What are some great examples of London accents in song or rap?
March 11, 2019 8:41 AM   Subscribe

I'm compiling a Spotify playlist where I'm collecting examples of different London accents in song or rap. Can you help me add to it?

The concept is to represent the diversity of London accents, and also to arrange tracks chronologically to illustrate how accents have changed over time. What I have currently kicks off with Lazy Sunday by the Small Faces, and then takes in the Clash, Lily Allen, and Skepta. Examples from cockney, estuary, mockney, north London, south London, RP, MLE, and any other London accent are welcome.

The proviso is that the accent must come across in song or rap (or a spoken word section at least). Adele, for instance, has a really strong contemporary cockney accent in speech but sounds transatlantic in song, so her songs wouldn't make the cut.

Bonus points for songs that reference London life or include London in the song title.

Thanks in advance for your suggestions.
posted by iivix to Media & Arts (48 answers total) 10 users marked this as a favorite
Response by poster: Sorry, MLE is Multicultural London English, that probably isn't widely known as a term.
posted by iivix at 8:42 AM on March 11, 2019

Does M.I.A.'s Paper Planes work?
posted by yes I said yes I will Yes at 8:45 AM on March 11, 2019 [2 favorites]

The Streets!
posted by EndsOfInvention at 8:50 AM on March 11, 2019 [6 favorites]

The Hitcher Rap from Mighty Boosh? 😜
posted by Ian Scuffling at 8:54 AM on March 11, 2019

At the end of the CD version of Fergie's London Bridge, there is a man speaking with an accent. He says, "Fergie, my bad" at some point and London a few times.
posted by soelo at 8:55 AM on March 11, 2019

Best answer: Serine Karthage
Lady Sovereign
posted by EndsOfInvention at 8:57 AM on March 11, 2019 [2 favorites]

Thou Shalt Always Kill!
posted by jessamyn at 8:57 AM on March 11, 2019 [7 favorites]

Anything by Dizzee Rascal
Parklife by Blur (Phil Daniels)
Bernard Cribbins—Hole in the Ground esp (with two contrasting class accents)
posted by Admiral Haddock at 9:03 AM on March 11, 2019 [2 favorites]

Professor Green
posted by EndsOfInvention at 9:03 AM on March 11, 2019 [1 favorite]

Anything by Kirsty MacColl or Billy Bragg.
posted by MysteriousSympathy at 9:08 AM on March 11, 2019 [1 favorite]

You have Skepta, but what about Stormzy or Lethal Bizzle. Oh and Kate Tempest.
posted by kendrak at 9:12 AM on March 11, 2019

Lots of things by Billy Cotton, but especially Forty Fahsend Fevvers On A Frush (late 40s/early 50s).

Anything by Chas and Dave, but especially London Girls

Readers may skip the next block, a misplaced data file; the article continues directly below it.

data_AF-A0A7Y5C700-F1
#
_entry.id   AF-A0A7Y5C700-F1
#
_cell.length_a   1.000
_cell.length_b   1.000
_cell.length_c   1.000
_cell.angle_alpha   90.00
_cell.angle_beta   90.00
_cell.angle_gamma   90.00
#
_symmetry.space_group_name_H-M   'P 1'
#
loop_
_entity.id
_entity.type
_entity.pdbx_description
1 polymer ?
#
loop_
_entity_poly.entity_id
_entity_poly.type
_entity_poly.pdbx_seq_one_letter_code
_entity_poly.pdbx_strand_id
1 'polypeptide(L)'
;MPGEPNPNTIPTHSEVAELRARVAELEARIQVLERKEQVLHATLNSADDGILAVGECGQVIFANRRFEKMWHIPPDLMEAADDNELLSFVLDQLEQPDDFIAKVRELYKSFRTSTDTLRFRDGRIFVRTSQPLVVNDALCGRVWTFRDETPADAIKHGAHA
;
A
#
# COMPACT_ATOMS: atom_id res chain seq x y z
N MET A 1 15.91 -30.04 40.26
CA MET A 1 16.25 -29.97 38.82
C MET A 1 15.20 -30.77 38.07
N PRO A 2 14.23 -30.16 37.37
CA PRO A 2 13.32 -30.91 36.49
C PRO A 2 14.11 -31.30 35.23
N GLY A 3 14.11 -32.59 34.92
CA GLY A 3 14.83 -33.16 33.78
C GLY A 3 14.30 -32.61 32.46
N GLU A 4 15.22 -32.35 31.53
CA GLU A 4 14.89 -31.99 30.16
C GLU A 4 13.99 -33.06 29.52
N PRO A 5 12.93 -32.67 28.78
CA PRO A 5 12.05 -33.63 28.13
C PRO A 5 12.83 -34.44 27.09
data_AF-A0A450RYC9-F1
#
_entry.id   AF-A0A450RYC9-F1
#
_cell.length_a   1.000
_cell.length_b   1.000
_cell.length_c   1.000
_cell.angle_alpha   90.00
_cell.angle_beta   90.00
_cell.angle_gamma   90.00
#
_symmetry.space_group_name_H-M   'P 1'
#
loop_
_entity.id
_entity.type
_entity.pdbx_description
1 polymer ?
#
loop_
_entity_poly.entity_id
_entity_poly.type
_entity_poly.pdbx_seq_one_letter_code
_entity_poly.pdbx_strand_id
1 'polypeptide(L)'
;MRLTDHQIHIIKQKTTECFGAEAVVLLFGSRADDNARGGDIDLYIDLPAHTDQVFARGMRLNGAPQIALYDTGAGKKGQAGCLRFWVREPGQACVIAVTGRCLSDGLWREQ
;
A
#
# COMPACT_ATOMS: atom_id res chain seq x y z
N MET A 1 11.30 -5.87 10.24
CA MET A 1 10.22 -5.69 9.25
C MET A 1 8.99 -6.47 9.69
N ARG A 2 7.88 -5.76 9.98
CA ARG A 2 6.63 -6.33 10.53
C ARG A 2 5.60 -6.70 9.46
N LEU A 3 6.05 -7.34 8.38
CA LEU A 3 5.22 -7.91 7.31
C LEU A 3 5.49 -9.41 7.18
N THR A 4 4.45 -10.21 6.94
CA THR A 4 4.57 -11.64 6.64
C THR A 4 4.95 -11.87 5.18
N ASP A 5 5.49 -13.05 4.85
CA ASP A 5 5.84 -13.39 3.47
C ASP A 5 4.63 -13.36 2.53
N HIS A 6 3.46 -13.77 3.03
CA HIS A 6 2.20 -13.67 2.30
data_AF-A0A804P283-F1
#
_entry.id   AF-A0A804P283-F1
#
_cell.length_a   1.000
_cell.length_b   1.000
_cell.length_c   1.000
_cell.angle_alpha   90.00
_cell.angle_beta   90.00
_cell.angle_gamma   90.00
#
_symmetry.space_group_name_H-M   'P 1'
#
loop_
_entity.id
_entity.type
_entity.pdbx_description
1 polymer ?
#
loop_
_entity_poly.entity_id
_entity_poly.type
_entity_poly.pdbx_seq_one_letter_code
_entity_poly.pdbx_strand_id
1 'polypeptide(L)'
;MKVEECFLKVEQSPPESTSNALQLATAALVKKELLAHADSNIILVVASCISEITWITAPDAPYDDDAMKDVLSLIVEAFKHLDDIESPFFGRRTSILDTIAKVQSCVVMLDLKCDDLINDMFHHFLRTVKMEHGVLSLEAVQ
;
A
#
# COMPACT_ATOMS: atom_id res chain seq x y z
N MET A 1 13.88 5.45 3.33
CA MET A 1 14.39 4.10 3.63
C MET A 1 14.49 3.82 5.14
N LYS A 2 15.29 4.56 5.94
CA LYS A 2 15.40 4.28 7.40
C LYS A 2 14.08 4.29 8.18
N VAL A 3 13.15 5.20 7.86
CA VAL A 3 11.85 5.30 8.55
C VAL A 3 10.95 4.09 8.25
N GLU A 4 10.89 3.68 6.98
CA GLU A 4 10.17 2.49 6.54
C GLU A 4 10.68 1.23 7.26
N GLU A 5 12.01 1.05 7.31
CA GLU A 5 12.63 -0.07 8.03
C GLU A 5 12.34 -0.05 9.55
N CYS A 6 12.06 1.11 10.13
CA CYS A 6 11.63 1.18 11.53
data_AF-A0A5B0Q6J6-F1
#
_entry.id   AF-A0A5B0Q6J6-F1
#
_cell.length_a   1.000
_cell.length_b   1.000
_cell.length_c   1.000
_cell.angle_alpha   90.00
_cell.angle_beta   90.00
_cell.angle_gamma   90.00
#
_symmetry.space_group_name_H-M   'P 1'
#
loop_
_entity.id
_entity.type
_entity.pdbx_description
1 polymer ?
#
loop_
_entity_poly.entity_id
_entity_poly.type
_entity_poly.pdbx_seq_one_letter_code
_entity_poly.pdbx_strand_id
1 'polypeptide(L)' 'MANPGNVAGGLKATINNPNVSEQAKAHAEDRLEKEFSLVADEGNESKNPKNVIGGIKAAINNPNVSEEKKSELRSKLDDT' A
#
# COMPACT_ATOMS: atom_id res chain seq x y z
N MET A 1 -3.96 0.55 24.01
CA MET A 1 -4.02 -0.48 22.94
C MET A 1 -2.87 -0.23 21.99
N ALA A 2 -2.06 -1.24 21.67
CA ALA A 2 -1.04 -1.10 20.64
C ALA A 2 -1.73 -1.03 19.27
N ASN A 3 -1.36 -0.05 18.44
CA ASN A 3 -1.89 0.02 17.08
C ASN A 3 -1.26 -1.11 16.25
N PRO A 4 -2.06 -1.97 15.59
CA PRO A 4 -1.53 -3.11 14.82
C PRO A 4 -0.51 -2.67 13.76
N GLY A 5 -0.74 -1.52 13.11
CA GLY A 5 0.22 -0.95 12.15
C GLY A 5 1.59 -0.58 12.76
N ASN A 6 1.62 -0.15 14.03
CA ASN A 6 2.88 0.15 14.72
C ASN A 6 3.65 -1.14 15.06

George Formby

Gracie Fields
posted by yankeefog at 9:17 AM on March 11, 2019

Jamie T—Sheila (video features Bob Hoskins!)
Any by Ian Dury
Madness for North London, but not super strong—listen to Suggs on Bed and Breakfast Man
posted by Admiral Haddock at 9:22 AM on March 11, 2019

Best answer: You really should include some classics from the Duo Chas and Dave:

London Girl, Rabbit and of course Gertcha!

Check out their You Tube Channel too

The guys were originally professional backing musicians and became consummate entertainers in their own right. Originating from North London so not proper "Cockneys" but their Lahndan accent and vocabulary is more authentic than the estuary drawl of the so called street music now so common place
posted by jallypeeno at 9:22 AM on March 11, 2019

Best answer: Northern Line: LV - featuring Joshua Idehen

(A few years ago - in the days of Mefi CD Swaps - I put together a compilation where each track represented a monopoly square. This track was one of the stations. Here is the cover and here are the other tracks: some London other London accents on there.
posted by rongorongo at 9:31 AM on March 11, 2019 [1 favorite]

"Europe is Lost," by Kate Tempest.
posted by baseballpajamas at 9:33 AM on March 11, 2019

Roots Manuva, a number of albums on YT such as the early Brand New Second Hand.
posted by carter at 9:35 AM on March 11, 2019 [3 favorites]

Phil Daniels in Blur’s Parklife. Guess you could argue for Blur generally - they’re from mid-Essex rather than London but pretty Estuary. Maybe Damon more than Graham or Alex.
posted by penguin pie at 9:47 AM on March 11, 2019

Estelle, "Stronger Than You."
posted by MonkeyToes at 9:53 AM on March 11, 2019 [2 favorites]

Just Jack
posted by humboldt32 at 9:57 AM on March 11, 2019

2004 - Skinnyman - Fuck The Hook
2017 - Skengdo x AM - Mansa Musa
posted by JonB at 10:05 AM on March 11, 2019

Loyle Carner - No CD but most of his stuff.
posted by cocoagirl at 10:06 AM on March 11, 2019

George Formby is a strongish Lancashire accent, so northern, not southern. Its a tight 'a' and a long 'oo' if that helps to recognise....
Seconding Ian Drury, who has a lot of patter and wordplay in his songs
posted by glasseyes at 10:07 AM on March 11, 2019

Seconding Estelle's "Stronger than You."
posted by tzikeh at 10:18 AM on March 11, 2019

Marie Lloyd "A Little Of What You Fancy Does You Good!"
There are less crackly remastered versions on Apple Music, I don’t knw about Spotify.
Harry Champion - I'm Henery the Eighth, I Am
posted by Bloxworth Snout at 10:23 AM on March 11, 2019

Riz MC has a distinct accent - I'm rubbish at identifying which one alas. Englistan would be thematic.
posted by I claim sanctuary at 10:31 AM on March 11, 2019 [2 favorites]

Stereo MC's Bring It On (and live)
posted by jessamyn at 10:35 AM on March 11, 2019

Best answer: Sophie Ellis Bextor is from London and sings in a distinctly RP accent.
posted by Bloxworth Snout at 10:45 AM on March 11, 2019

NAO is a singer-songwriter from East London. Her accent seems a bit more polished than what one would expect from an east London-Cockney native, but you can definitely hear it in her tracks.

Also, Octavian, a French-British rapper whose accent is distinctly South London, as are many British rappers.
posted by Everydayville at 10:49 AM on March 11, 2019

Wiley's Numbers in Action for another example of the accent and cadence from Bow, similar to Dizzee Rascal.